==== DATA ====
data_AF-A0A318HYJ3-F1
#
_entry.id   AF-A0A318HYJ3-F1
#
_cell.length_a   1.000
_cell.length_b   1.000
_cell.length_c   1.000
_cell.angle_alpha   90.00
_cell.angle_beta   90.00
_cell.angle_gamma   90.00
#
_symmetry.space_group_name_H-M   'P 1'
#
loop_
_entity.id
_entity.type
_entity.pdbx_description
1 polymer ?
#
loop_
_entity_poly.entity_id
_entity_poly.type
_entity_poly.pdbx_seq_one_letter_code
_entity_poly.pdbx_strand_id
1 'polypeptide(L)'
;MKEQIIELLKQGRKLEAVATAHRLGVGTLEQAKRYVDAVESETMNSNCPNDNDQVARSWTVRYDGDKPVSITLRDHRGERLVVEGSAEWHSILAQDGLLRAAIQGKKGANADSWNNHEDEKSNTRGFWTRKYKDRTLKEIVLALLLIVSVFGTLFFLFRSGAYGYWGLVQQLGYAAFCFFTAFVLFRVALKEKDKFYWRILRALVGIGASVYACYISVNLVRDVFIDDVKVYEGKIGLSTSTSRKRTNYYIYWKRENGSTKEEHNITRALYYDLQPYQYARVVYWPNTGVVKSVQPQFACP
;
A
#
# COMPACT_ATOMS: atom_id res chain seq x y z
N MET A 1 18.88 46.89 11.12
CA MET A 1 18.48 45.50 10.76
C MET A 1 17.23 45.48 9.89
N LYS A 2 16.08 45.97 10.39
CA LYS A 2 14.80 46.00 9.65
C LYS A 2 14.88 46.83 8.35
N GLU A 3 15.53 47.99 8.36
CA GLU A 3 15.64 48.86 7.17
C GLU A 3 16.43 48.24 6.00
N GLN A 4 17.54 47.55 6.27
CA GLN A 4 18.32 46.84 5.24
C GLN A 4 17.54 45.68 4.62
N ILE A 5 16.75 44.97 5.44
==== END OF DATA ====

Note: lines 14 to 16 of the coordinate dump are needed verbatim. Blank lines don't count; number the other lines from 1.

loop_
_entity.id
_entity.type